U.S. Factory Gauge Falls to Lowest Level of Trump Presidency
(Bloomberg) -- A measure of U.S. manufacturing activity unexpectedly fell in May to the lowest level since October 2016, in a sign President Donald Trump’s trade war with China is weighing on the economy as he considers further tariffs.
The Institute for Supply Management’s purchasing managers index declined to 52.1 from 52.8, missing the median forecast of 53 in Bloomberg’s survey but holding above the 50 mark that indicates expansion. Three of five components declined, including production, inventories and supplier deliveries, according to a report Monday. Eleven of 18 manufacturing industries reported growth.
The report follows signs from other major economies that trade tensions weighed on global manufacturing last month. U.K. manufacturing shrank for the first time in almost three years while gauges for China and South Korea both fell below the key 50 level. A separate report Monday showed the JPMorgan Global Manufacturing PMI fell to 49.8 in May, the weakest reading in data since mid-2016.
- The ISM index’s lowest reading of Trump’s presidency -- down from a 14-year high in August -- follows a slew of other U.S. economic data that suggest the sector was on shakier ground even before the latest escalation of tariffs between the U.S. and China began to pinch margins. A separate factory PMI released Monday by IHS Markit also fell, dropping to the weakest level since 2009.
- Producers, who already faced headwinds from slowing global growth and inflated inventories, may face additional fallout after Trump’s threat last week to impose tariffs on all imports from Mexico. Sustained weakness would dent economic growth and could be a factor that prompts the Federal Reserve to cut interest rates, as investors and some economists expect.
- ISM’s production gauge dropped to 51.3 in May, the lowest level since August 2016, even as the gauge of backlogs declined to a two-year low. At the same time, the measure for new orders increased, as did the employment gauge, a sign of possible stronger hiring in manufacturing ahead of the May employment report.
- The measure of exports increased, rising back above 50, while the imports gauge decreased for a third month to a two-year low of 49.4.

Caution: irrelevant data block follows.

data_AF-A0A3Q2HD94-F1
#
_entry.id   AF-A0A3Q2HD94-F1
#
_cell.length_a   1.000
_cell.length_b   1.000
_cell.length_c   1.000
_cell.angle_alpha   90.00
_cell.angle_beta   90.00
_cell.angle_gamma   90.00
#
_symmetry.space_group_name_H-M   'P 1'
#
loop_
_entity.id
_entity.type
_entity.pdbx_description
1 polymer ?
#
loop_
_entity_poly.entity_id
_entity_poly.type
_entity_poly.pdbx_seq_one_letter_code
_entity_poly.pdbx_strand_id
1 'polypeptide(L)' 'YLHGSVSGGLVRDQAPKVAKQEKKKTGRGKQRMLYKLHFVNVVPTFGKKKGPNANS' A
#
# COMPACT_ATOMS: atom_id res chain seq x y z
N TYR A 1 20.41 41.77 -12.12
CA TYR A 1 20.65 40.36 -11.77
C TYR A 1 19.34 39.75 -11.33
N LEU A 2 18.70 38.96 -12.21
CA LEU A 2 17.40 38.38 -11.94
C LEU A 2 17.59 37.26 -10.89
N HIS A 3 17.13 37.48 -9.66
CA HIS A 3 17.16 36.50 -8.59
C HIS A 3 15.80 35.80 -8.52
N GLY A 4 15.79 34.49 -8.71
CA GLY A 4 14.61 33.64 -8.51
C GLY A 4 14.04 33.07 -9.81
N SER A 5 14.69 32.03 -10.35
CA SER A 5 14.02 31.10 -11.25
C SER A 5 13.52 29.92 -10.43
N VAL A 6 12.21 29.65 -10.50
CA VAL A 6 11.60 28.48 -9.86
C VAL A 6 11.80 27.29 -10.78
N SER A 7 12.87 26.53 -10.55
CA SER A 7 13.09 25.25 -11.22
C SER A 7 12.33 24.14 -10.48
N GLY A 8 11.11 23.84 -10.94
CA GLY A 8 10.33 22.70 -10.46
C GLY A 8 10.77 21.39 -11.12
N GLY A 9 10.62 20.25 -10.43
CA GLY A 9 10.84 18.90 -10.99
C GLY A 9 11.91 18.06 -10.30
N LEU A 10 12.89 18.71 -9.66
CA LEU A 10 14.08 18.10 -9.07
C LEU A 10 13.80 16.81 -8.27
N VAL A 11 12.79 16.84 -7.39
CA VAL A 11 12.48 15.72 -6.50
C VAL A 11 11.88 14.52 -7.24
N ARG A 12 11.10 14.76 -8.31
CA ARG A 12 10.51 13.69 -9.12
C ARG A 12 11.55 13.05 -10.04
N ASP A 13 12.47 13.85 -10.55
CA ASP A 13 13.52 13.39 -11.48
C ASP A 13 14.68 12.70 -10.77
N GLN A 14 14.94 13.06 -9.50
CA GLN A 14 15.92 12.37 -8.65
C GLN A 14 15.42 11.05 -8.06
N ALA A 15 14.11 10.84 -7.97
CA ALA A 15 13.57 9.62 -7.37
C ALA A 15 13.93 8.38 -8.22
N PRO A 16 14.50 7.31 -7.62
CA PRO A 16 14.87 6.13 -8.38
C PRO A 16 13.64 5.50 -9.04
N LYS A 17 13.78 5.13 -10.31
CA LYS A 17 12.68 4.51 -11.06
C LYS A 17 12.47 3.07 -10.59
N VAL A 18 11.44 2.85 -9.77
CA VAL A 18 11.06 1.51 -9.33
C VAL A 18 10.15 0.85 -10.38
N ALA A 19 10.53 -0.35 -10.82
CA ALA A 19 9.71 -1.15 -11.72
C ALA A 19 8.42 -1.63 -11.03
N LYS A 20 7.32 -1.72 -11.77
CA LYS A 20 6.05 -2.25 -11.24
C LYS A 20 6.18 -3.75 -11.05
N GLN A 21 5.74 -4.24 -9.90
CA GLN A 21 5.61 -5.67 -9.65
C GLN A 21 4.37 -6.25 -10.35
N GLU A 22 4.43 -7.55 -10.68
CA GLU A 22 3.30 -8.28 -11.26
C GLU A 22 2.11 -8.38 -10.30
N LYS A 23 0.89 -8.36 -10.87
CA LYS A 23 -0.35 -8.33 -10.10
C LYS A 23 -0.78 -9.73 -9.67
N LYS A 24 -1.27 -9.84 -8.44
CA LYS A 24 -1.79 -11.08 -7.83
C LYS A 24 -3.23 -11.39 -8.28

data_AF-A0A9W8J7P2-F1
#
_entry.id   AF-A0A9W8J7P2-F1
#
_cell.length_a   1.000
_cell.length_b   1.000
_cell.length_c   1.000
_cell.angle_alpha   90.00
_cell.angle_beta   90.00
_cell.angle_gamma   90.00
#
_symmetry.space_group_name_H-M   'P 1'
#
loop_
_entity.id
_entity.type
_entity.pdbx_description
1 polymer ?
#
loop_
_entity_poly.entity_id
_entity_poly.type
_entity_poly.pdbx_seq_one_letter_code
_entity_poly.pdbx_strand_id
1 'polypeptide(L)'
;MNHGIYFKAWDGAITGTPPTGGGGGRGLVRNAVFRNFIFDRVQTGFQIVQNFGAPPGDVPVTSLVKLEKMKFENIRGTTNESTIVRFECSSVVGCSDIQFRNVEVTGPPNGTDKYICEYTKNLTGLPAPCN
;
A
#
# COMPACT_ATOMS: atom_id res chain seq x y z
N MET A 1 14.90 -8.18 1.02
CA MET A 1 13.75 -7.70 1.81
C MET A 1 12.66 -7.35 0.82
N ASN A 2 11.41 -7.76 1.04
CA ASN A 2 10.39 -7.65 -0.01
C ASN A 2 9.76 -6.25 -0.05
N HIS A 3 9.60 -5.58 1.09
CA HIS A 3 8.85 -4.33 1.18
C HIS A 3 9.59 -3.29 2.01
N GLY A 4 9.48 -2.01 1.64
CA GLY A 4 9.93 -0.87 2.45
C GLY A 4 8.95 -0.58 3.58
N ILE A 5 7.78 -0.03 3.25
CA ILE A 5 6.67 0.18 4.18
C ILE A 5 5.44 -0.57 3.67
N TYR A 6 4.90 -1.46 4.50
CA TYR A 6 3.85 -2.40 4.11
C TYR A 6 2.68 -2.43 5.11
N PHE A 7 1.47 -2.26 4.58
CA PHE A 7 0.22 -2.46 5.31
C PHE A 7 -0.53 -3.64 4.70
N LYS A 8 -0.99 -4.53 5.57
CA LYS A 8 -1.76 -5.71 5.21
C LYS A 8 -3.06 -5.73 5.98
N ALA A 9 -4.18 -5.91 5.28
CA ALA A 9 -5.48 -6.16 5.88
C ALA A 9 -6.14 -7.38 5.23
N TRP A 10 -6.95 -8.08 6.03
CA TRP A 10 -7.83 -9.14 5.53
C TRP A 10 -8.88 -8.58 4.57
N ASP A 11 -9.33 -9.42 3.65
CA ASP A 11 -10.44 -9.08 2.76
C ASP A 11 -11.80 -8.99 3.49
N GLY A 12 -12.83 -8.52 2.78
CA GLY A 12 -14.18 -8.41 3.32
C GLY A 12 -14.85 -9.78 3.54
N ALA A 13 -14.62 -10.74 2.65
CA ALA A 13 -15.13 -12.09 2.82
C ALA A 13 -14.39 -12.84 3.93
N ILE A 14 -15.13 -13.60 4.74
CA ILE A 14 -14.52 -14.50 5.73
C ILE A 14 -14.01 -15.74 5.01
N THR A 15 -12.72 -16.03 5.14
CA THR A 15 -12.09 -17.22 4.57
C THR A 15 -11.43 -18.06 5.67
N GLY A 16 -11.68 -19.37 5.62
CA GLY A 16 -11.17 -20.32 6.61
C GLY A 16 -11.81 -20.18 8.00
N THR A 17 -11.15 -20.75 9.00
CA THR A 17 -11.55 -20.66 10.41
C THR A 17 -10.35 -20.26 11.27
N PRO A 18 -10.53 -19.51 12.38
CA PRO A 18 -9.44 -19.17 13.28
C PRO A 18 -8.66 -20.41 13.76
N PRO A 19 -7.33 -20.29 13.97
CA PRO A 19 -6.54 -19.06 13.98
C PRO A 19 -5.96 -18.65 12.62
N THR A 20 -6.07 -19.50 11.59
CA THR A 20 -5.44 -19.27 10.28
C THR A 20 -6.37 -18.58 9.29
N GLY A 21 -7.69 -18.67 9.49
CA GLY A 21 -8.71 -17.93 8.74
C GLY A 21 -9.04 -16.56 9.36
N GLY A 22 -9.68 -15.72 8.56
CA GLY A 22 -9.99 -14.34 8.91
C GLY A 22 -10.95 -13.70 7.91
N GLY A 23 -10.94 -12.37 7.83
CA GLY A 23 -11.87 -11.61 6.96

U.S. stocks advanced as investors weighed the weak manufacturing data and intensifying trade tensions. The S&P 500 climbed 0.2% at 11:11 a.m. in New York after earlier falling as much as 0.5% while the 10-year yield was little changed at 2.12%.
“Respondents expressed concern with the escalation in the U.S.-China trade standoff, but overall sentiment remained predominantly positive,” Timothy Fiore, chair of ISM’s manufacturing survey committee, said in a statement. “Comments from the panel reflect continued expanding business strength, but at soft levels.”
Fiore told reporters on a call that demand is “clearly slowing,” citing the weaker readings for new orders, putting manufacturing on weaker footing amid growing trade war headwinds. “The China issue is not going to go away in the short term,” he said.
What Bloomberg Economists Say
“Bloomberg Economics expects the ISM to fall further in the near term, as many respondents were presumably caught off guard by the Trump administration widening the trade war beyond China. Yet assuming trade tensions do not escalate substantially, above-trend growth should remain possible this year.”
Carl Riccadonna and Yelena Shulyatyeva, economists
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- An index of prices paid rebounded to 53.2, a sign that inflation could be beginning to pick up.
- A gauge of supplier deliveries dropped to 52. Readings below 50 indicate faster deliveries, while those above 50 signal slowing. The customer inventories index increased.
- The main ISM manufacturing gauge has held above the 50 line that divides expansion and contraction since August 2016.
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